This year’s Anti-Bullying theme is “Change Starts With Us” . The objective is to educate children about the importance of checking themselves and making changes in their behaviour that may potentially hurt somebody else.
Another objective of this theme is recognising that fighting bullying is a collective effort. Everybody needs to be involved and work together to make schools and other social places safe for young minds. You can find more information here.
A one-time bullying incident can have a big influence on a child. It can make them feel vulnerable, alone and deeply hurt. Unfortunately, many children don’t feel comfortable asking for help due to the stigma associated with bullying. This can impact their self-esteem, social behaviours and overall mental health. Often, children who experience bullying end up needing counselling, which can be effective.
Unfortunately, you cannot keep your child protected from being bullied. However, impromptu discussions about the topic can be effective in equipping your child with the tools necessary for dealing with bullies.
Here are some useful tips you can use to guide your children:
Model Compassion and Respect at Home
Children, especially in their formative years, learn social behaviours through observation. If violence, disrespect and abuse (physical or verbal) are normal in the home, they are more likely to stay quiet when being bullied.
Violence normalises the dynamic where one particular person is dominant. It can lead to the child becoming a bully themselves or remain silent, thinking it’s the way human interactions work.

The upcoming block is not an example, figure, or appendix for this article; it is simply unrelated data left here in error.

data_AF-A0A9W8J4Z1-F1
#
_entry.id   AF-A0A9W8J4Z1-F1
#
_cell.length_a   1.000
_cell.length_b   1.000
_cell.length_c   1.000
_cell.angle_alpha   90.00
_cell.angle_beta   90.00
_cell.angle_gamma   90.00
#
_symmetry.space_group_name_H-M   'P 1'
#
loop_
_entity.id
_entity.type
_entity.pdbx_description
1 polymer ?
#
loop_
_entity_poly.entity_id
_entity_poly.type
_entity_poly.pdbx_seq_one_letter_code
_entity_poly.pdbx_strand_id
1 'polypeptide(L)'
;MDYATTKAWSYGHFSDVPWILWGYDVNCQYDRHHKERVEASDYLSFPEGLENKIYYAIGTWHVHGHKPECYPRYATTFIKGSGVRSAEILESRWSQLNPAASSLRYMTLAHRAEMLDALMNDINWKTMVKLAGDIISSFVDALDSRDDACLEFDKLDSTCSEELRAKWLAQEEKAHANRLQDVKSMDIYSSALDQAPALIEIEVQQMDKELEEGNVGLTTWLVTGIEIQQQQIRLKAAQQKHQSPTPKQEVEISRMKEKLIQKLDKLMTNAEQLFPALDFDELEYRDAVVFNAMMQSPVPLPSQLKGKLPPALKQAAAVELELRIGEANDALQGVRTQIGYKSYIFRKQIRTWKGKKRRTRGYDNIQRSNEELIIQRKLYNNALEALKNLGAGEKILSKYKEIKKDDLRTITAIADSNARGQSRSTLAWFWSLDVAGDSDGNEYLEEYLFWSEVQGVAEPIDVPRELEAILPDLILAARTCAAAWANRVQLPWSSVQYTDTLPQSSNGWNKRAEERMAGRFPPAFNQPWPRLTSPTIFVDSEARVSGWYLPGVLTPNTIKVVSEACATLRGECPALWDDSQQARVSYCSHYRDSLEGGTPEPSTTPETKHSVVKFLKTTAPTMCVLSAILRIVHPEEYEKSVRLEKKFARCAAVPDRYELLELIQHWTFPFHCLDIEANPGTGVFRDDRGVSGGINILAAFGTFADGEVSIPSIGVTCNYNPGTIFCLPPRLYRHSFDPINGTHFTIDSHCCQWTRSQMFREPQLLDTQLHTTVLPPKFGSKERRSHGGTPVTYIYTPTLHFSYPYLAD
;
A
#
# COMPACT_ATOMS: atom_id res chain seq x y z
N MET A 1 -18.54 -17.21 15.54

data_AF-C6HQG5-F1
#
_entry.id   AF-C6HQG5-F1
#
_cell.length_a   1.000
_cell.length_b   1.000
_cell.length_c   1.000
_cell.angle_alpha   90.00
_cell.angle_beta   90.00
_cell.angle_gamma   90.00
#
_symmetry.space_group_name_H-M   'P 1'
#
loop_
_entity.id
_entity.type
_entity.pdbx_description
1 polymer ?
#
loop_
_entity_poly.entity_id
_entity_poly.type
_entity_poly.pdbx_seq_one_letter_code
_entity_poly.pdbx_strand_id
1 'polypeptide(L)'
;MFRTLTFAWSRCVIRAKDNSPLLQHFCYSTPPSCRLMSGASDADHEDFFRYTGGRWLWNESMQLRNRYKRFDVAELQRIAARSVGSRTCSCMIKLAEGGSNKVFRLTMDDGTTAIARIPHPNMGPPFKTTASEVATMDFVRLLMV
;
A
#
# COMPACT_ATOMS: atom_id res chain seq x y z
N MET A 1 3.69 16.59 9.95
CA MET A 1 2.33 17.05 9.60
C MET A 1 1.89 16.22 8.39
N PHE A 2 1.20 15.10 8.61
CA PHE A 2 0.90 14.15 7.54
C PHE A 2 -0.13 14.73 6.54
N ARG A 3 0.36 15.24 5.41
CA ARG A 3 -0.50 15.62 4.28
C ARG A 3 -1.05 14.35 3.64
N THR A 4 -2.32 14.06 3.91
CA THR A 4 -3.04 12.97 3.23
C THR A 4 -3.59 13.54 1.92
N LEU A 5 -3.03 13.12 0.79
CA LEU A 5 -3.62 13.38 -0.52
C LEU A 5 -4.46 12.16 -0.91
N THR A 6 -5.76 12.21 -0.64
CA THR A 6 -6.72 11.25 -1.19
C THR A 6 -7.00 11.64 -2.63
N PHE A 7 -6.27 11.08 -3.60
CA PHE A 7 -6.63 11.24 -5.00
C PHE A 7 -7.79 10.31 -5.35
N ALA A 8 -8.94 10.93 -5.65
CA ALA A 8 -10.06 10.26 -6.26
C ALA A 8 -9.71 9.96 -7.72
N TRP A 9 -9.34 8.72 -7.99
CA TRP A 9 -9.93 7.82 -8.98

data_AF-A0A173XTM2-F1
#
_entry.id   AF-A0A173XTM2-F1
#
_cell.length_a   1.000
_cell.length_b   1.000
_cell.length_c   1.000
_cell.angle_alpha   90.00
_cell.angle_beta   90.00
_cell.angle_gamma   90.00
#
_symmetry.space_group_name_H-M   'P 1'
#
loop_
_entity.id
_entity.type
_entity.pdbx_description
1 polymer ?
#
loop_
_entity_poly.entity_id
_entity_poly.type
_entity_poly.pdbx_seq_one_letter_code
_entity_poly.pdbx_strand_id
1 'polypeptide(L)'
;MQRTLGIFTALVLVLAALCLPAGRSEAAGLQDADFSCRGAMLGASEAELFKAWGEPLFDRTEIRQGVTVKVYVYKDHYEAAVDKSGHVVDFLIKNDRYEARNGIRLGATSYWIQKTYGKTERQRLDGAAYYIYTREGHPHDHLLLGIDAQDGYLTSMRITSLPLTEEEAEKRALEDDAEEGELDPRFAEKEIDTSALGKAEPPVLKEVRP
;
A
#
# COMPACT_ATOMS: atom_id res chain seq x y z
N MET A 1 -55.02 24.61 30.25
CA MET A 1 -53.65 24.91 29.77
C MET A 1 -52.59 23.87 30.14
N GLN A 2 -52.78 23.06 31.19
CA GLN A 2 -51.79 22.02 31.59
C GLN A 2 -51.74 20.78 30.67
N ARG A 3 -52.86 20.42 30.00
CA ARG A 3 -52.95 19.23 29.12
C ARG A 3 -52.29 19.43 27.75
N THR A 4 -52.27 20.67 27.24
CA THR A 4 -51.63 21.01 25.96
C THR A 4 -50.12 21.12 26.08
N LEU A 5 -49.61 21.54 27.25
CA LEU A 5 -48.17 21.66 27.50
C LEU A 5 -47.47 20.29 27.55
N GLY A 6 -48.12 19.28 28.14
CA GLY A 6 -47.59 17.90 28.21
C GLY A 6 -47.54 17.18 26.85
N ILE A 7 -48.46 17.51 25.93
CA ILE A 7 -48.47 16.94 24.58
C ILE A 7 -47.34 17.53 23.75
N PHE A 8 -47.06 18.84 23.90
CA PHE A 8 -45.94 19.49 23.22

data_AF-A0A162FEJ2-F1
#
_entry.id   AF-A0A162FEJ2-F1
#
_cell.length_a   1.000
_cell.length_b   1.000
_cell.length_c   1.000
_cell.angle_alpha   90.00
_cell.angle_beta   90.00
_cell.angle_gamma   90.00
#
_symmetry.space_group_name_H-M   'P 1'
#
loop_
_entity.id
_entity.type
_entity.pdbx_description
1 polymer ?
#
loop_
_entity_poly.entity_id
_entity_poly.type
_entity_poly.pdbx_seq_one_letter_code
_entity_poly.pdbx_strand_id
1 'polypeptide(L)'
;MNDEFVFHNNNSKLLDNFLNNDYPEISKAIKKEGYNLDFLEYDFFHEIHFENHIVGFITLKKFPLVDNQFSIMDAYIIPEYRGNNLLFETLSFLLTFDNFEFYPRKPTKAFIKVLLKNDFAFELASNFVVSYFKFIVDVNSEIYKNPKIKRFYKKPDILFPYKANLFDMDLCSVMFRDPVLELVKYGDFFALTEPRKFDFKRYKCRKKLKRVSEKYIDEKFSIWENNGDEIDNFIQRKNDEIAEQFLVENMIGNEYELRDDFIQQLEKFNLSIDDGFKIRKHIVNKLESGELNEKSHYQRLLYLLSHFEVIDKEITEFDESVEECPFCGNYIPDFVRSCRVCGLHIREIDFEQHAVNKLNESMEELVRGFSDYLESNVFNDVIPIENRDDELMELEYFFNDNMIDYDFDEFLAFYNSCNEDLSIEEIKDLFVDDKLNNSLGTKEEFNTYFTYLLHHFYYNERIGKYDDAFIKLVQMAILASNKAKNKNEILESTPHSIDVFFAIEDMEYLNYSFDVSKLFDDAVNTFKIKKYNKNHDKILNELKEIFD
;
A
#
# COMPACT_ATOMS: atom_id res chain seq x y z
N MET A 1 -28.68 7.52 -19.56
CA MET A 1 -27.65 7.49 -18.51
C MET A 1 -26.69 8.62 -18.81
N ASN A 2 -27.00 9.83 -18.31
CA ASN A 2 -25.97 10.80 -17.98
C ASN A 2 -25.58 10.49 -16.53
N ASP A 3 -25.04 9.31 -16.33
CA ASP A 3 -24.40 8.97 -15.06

On the other hand, teaching your children that respect is something to give and receive, they will be able to recognise disrespect.
Educate, Educate, Educate
This point can’t be stressed enough. Discuss the dynamics of bullying and how the words bullies spew carry no weight. Also, teach them that often bullies are vulnerable and have low self-esteem, taking out their frustrations on others.
Educate them on how bullies have insecurities, which leads them to bully others. They might need help just as much as someone whom they bully.
Be their Confidant
It’s understandable when children don’t report bullies. They might not be naturally assertive or scared of what will happen if they tell someone about being bullied.
Foster a good connection with your child and let them know that you will have their back and will figure out a solution with them. Keep the lines of communication open, no matter what; so they can come to you whenever they’re ready.
Teach them that It’s Okay to Ignore and Walk Away
Teach them that instead of saving face, it’s much smarter to walk away. Let them know that it’s okay to be afraid or frightened if the situation escalates. If they feel unsafe, they shouldn’t feel embarrassed about going to a teacher or another adult to ask for help.
As a parent, if you observe signs of bullying or your child tells you themselves, get involved. Call the teacher or principal if you have to.
Don’t let your child think they are alone in this. Your understanding and commitment will go a long way.